The rhythms of life have changed quite a bit for most of us during the current pandemic. While we lament the tolls of COVID-19 and much that we have lost, I have also found this a time to develop my attentiveness to God's creation.
In the spring and summer, I was home with my kids, and we spent so much time in our yard, noticing details we had never had noticed before. We watched the flowers grow and gawked over a robin's nest built right next to our house. I heard the call of a yellow warbler frequently. It seemed as if wildlife were all around us much more so than usual.
But had nature changed? Or had we changed? Certainly, there are interesting examples of nature responding to the changes in human behavior, such as wildlife exploring cities on lockdown. However, I think for many of us, it is our own pace of life and and time spent in one place that have changed. Even an area quite familiar to us--a backyard, a favorite park, or a forest preserve--can yield new insights and reveal more intricacies of God's creation when we visit more often and spend the time to stop and notice things.
In the fall, Trinity resumed classes virtually but with offices open and some residential students. I regret that I can't take my students out to the Trin Trail along Navajo Creek with me this term, but we've still found ways to be attentive to God's creation in different ways. My students have gone out individually to make observations--sometimes in their own yard, sometimes at a forest preserve or state park. I love to read about their observations and experiences and see how they, too, are thinking about their place in a new way.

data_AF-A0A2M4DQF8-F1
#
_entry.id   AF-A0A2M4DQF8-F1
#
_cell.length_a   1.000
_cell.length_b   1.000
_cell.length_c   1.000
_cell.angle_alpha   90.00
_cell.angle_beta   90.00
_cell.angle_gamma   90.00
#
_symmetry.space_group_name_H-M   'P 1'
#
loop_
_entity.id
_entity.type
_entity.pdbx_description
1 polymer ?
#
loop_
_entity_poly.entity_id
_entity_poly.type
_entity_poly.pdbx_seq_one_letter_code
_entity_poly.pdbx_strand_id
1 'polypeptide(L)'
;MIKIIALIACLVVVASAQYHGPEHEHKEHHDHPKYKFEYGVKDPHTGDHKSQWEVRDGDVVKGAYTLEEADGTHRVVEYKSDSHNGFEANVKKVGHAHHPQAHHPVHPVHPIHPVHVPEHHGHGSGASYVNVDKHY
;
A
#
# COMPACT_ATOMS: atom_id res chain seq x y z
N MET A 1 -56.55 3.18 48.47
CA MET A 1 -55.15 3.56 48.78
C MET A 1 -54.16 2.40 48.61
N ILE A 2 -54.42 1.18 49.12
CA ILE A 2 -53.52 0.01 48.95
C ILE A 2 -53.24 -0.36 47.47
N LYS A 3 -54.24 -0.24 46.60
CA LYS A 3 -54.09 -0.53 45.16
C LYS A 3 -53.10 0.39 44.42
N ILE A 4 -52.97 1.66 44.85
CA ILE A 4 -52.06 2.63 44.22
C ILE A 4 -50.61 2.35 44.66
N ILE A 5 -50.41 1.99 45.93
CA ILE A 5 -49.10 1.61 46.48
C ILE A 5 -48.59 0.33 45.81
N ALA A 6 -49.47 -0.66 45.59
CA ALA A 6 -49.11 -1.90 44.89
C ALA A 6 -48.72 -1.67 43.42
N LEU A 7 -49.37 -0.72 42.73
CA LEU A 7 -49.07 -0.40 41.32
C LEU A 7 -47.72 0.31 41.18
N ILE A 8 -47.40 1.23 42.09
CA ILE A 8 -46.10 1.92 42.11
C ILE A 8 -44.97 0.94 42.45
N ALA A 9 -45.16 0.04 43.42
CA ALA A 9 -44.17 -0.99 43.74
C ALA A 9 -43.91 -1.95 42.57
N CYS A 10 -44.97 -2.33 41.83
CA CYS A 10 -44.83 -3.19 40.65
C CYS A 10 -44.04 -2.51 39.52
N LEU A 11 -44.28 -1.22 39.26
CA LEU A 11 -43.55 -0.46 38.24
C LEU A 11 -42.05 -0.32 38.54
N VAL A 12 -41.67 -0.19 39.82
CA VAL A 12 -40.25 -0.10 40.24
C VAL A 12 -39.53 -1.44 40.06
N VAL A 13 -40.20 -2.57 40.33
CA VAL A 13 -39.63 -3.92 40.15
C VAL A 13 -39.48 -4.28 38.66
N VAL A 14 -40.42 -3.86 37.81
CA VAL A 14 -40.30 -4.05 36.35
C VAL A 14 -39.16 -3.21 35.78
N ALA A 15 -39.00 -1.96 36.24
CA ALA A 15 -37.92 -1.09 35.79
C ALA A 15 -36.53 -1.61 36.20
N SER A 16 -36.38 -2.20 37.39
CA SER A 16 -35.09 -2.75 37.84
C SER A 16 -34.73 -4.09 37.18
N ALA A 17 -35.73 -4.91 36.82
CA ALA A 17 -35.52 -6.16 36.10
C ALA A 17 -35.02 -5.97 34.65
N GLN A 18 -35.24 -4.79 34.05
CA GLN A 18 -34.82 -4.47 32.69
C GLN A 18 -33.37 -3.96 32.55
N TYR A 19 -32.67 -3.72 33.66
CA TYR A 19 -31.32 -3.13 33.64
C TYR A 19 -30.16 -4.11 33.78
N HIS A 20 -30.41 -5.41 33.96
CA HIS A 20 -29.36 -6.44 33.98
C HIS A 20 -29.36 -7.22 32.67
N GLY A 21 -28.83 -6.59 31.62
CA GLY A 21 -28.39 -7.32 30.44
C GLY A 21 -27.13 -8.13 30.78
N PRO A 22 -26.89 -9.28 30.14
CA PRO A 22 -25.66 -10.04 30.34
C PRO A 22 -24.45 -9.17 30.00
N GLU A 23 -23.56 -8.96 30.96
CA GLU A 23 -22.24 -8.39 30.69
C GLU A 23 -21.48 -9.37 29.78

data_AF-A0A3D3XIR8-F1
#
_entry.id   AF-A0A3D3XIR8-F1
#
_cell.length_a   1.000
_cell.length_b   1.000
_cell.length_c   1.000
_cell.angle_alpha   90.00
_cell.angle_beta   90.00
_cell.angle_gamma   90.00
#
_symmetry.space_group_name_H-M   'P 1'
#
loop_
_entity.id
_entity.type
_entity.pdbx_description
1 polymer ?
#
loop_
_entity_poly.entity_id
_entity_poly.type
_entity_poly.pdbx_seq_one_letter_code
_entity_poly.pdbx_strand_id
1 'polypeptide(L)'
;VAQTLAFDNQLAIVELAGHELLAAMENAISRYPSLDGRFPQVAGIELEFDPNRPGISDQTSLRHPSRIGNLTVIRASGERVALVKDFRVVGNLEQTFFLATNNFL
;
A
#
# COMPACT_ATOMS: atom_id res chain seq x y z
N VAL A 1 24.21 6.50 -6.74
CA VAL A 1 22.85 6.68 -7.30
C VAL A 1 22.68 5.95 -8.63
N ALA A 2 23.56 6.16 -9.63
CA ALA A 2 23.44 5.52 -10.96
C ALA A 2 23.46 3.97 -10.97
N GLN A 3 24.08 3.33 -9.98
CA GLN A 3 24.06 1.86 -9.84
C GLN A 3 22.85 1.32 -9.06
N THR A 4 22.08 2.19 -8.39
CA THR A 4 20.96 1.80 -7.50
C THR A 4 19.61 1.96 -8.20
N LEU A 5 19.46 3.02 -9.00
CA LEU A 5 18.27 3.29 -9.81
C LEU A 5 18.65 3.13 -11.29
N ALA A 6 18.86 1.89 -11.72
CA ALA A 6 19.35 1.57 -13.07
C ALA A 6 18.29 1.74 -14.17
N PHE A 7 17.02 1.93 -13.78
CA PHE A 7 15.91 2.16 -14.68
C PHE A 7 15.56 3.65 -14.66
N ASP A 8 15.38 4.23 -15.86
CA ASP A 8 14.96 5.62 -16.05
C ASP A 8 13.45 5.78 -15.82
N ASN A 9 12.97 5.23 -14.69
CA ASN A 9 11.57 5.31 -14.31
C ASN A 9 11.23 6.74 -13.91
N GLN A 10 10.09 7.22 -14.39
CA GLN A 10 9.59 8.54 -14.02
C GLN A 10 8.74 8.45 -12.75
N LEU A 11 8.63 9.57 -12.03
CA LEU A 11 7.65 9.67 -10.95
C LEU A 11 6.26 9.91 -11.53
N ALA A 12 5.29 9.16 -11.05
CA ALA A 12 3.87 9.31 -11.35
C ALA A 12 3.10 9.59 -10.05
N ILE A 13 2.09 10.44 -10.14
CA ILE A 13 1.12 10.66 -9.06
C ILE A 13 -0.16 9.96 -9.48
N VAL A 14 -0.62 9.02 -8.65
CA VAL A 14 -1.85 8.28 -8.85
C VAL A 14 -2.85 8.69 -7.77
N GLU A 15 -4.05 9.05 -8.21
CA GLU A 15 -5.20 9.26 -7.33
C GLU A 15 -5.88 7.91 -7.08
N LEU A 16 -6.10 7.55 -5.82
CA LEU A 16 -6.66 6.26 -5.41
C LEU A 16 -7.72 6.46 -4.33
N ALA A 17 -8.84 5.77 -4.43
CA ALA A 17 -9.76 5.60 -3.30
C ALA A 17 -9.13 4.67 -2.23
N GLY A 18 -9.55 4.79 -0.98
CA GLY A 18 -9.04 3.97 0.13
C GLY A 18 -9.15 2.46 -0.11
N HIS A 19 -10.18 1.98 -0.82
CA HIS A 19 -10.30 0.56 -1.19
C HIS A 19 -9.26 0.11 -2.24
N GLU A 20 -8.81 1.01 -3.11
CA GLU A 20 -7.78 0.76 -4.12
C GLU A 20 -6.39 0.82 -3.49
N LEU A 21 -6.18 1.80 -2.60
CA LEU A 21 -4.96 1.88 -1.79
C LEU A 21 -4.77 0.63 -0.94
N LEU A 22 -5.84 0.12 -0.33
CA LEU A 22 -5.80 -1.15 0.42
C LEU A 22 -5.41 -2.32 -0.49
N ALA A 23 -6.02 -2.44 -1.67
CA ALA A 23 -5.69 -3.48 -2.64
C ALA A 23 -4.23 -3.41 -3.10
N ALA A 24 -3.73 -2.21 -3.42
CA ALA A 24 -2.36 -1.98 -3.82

One morning I received an email from two of my colleagues asking about a fungus growing on a tree on campus. They had taken the time to be attentive to creation and to pursue more knowledge.
So stop and notice the mushrooms--or any piece of God's creation that catches your eye. Find the last flower blooming that has weathered freezing nights. Observe the way the frost forms on a fall leaf. Watch for the birds seeking out their food in the winter.
I'm a biology professor at Trinity Christian College. I'll be using this page to share interesting stories related to ecology and conservation at Trinity and in the Chicago area (although I might be tempted to expand my geographic focus upon occasion).